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Research article2008Peer reviewedOpen access

Effects of ploughing frequency and compost on soil aggregate stability in a cotton-maize (Gossypium hirsutum-Zea mays) rotation in Burkina Faso

Ouattara, K.; Ouattara, B.; Nyberg, G.; Sedogo, M. P.; Malmer, A.


Cropping systems have a strong influence on soil structural characteristics, including aggregate stability. An experiment combining compost (Co) and mineral fertilizer inputs with different tillage frequencies was conducted in a cotton-maize rotation system on two soil types (Lixisol and Luvisol) in Burkina Faso. The objective was to investigate an alternative soil fertility management regime that protects soil structure for cotton and maize production. We tested the hypothesis that organic fertilizer applications and reduced ploughing frequency can improve aggregate stability. The effects of reduced tillage (RT; ox-ploughing/hand hoe scarifying the next year) and annual ox-ploughing (AP) combined with Co and no compost (nCo) applications on the stability of soil aggregates subjected to wet sieving, were assessed. In the second year of the experiment (maize), the macroaggregate stability in the RT plots was 87% higher than in the AP plots on the Lixisol, 26% higher on the Luvisol. In the third year (cotton) the difference in treatment effects was less. The treatments influenced macroaggregate stability in the year of scarification, and the microaggregate stability in the year they were ploughed. We concluded that a soil management regime, with ploughing only every second year and with compost as well as mineral fertilizer inputs, is appropriate to replace the common practice of annual ploughing with application of mineral fertilizers in this cotton-maize cropping system.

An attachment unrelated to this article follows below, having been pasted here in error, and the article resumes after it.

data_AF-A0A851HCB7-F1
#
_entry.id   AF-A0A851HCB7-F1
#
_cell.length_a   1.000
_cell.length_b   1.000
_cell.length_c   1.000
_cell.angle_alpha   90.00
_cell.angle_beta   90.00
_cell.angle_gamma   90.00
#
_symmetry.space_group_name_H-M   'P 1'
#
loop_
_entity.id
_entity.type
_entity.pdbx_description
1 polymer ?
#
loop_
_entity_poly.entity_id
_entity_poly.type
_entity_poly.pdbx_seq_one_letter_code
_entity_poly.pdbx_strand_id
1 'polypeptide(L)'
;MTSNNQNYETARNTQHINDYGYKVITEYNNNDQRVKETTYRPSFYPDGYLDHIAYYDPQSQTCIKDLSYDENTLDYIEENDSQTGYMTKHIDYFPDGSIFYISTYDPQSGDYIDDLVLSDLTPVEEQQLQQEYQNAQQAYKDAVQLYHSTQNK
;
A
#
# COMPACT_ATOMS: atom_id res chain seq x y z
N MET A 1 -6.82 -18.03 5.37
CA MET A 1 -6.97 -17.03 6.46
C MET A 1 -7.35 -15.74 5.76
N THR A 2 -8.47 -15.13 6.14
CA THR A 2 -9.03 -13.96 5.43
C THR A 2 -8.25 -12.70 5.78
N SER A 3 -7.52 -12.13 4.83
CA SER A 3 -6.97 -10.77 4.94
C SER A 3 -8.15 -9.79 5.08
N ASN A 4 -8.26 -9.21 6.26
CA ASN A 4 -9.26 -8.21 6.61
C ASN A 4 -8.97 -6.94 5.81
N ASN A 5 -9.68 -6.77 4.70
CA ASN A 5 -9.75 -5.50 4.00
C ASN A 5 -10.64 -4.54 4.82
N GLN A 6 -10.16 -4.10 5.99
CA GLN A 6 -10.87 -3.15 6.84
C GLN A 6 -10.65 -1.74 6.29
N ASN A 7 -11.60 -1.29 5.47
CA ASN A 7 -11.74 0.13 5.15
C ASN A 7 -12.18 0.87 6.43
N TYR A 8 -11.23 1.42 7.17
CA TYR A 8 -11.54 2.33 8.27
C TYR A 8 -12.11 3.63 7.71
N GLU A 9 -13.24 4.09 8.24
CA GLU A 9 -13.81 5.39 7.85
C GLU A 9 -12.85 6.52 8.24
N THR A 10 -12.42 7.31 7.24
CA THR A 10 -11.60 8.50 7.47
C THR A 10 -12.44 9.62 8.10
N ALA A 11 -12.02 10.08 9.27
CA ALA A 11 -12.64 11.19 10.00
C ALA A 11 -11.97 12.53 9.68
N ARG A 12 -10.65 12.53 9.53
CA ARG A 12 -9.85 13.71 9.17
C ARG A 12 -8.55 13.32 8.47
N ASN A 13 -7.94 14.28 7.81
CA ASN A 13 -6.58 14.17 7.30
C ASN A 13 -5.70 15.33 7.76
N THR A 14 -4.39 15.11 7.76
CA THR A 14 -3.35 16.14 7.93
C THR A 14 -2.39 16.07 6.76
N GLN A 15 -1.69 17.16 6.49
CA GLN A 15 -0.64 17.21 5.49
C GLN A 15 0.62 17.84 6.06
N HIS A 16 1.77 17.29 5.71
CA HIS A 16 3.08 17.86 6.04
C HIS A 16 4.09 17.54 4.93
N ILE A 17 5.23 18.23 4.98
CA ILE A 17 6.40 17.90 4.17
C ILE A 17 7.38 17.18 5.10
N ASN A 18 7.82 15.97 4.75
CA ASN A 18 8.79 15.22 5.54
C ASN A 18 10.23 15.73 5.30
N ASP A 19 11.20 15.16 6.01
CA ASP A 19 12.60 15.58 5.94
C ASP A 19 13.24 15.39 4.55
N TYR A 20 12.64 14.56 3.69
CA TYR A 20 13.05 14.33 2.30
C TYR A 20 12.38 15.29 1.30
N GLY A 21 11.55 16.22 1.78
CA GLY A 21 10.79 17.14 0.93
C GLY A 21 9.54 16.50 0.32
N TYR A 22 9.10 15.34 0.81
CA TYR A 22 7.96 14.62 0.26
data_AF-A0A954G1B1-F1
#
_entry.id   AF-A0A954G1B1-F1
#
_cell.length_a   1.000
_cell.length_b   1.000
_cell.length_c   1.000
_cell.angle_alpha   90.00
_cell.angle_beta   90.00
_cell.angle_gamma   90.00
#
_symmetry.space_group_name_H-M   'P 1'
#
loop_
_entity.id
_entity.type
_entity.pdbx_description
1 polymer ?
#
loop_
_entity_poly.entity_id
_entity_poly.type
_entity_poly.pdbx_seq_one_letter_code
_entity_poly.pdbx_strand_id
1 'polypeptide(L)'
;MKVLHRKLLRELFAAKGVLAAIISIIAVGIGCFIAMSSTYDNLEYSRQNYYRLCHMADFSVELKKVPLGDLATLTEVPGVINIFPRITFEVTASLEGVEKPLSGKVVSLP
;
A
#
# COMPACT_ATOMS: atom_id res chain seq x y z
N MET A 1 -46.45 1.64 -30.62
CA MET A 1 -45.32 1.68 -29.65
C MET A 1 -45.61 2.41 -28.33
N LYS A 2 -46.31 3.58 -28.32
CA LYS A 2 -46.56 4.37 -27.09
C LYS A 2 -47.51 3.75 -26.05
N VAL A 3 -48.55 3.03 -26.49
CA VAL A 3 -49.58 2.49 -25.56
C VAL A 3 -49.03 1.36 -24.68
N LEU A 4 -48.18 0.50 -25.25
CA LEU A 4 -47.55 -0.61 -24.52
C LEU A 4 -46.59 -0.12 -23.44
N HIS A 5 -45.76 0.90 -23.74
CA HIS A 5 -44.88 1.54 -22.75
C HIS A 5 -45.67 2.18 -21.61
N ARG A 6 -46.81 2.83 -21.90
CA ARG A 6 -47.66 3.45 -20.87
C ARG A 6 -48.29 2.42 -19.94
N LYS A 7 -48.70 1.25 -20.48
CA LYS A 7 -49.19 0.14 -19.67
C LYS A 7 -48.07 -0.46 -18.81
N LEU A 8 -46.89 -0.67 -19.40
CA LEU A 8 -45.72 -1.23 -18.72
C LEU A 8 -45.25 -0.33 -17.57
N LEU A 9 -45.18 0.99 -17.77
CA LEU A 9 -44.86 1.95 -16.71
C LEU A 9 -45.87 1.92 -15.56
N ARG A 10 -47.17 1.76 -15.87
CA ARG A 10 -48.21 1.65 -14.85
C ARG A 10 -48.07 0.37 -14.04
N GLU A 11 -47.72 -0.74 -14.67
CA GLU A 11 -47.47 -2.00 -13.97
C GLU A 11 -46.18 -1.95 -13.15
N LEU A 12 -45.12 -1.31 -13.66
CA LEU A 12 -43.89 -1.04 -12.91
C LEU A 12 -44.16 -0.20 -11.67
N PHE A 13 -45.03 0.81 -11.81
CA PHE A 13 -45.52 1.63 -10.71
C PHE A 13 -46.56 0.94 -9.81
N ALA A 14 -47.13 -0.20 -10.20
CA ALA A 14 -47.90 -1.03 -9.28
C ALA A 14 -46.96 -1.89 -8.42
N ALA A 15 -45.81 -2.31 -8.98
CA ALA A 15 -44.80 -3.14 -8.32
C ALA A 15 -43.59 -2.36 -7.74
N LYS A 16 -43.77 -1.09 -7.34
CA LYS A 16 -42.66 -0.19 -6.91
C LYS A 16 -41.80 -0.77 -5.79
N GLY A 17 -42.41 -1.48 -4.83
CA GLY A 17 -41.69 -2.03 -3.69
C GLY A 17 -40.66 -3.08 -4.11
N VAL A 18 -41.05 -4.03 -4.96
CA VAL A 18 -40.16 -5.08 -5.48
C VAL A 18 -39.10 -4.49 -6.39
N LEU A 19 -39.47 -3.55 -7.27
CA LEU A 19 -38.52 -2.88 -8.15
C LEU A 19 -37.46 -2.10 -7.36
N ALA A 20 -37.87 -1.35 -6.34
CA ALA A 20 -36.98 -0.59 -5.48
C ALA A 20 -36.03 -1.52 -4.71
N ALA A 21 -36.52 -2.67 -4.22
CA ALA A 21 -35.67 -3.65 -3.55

aggregate stability; ploughing frequency; compost; cotton-maize; Burkina Faso

Published in

Soil Use and Management
2008, Volume: 24, number: 1, pages: 19-28 Publisher: BLACKWELL PUBLISHING